When Boston College coach Jerry York was a young man, his mentor, the great Bob Johnson, told him, "When you win a national championship, you will then have the blueprint to win more."
York, now 66, laughs when he thinks back about that advice. Heck, he would've been fulfilled to finish his career with one national title.
He now has five.
Saturday, York's Eagles won their third national title in five years with a 4-1 victory against Ferris State at the Tampa Bay Times Forum. The game was much closer than the final score indicates, but the Eagles did have that special blueprint for success. Here is how that blueprint looked … and worked.
After winning 18 in a row, blowing out Minnesota in the semifinals and entering Saturday night's game as a heavy favorite against Ferris, BC had every reason to believe it could merely throw its sticks on the ice and win yet another national title.
The Eagles said all the things Goliath is supposed to say going into such an apparent mismatch; about how they weren't going to take Ferris lightly.
And while the Eagles didn't necessarily play their best game of the season, they certainly took the Bulldogs seriously. The close contest wasn't a result of arrogance or ignorance on BC's part, but tenacity and pride on Ferris' part.
Get a good start
There's no better way for a favorite to take the zest out of an underdog than to smack it in the mouth right from the get-go. Send a message. Let it know it can forget any hopes of pulling off a shocker because it just isn't going to happen. BC did just that, scoring only 3:18 into the game.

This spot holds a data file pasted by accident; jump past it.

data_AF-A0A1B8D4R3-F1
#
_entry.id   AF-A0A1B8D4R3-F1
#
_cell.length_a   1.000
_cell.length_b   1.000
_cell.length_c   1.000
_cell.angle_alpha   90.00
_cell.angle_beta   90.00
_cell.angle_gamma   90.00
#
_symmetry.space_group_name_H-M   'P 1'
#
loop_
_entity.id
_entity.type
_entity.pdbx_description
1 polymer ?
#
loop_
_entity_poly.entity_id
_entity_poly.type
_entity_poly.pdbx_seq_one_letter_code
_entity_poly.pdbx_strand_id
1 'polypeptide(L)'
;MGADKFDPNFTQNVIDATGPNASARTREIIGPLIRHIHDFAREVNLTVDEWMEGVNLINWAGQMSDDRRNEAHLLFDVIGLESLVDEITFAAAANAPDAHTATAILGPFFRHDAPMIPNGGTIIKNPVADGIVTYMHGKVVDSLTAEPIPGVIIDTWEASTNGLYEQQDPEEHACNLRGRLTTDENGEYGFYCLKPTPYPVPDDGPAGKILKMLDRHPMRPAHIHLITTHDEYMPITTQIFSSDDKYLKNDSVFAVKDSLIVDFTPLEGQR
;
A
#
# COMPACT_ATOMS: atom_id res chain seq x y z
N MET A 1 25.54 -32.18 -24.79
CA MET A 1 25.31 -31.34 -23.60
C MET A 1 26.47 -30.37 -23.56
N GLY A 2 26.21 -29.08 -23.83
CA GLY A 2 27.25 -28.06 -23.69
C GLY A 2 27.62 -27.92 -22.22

Ferris showed its grit by answering two minutes later with a goal of its own, but BC scored again five minutes later.
You see, the best way to orchestrate an upset is to put doubt in the mind of the favorite; scare it, get a lead on it and make it start questioning itself. Get it thinking, "Uh-oh, we might lose this game."
But BC never allowed Ferris to get that lead. The Eagles never trailed Saturday and, in fact, led for all but 81/2 minutes.
Not everything went the Eagles' way.
Not just Saturday, but during this season, too. Back on Jan. 21, the Eagles lost to Maine 7-4 to fall to 14-10-1. They never lost again, winning their final 19.
That 19th victory wasn't exactly smooth. It took a little luck, a little elbow grease. The Eagles had to fight off four consecutive penalties in the second period as they nursed a 2-1 lead. They couldn't really exhale against a determined Ferris team until a goal with 3:02 left made it 3-1.
Have your best players be your best players
The best player on the ice Saturday, as he has been throughout this NCAA tournament, was BC goalie Parker Milner. And he was at his best Saturday, turning away 27 shots and allowing two goals or fewer for the 17th consecutive game.
The Frozen Four's most outstanding player stopped 110 of 112 shots in the tournament, and that .982 save percentage is the third-best all time.
Meantime, senior Paul Carey, who had two goals in the semifinal, knocked in the eventual winner Saturday while freshman Johnny Gaudreau scored his 21st goal of the season. BC's best players showed up Saturday.
Have a great leader
York added to his legacy Saturday night by winning his fifth national championship, tied for second all time. His 37 NCAA tournament wins are the most ever. Most of all, he implemented a blueprint for success, a blueprint that could not be beat Saturday night.
Tom Jones can be reached at firstname.lastname@example.org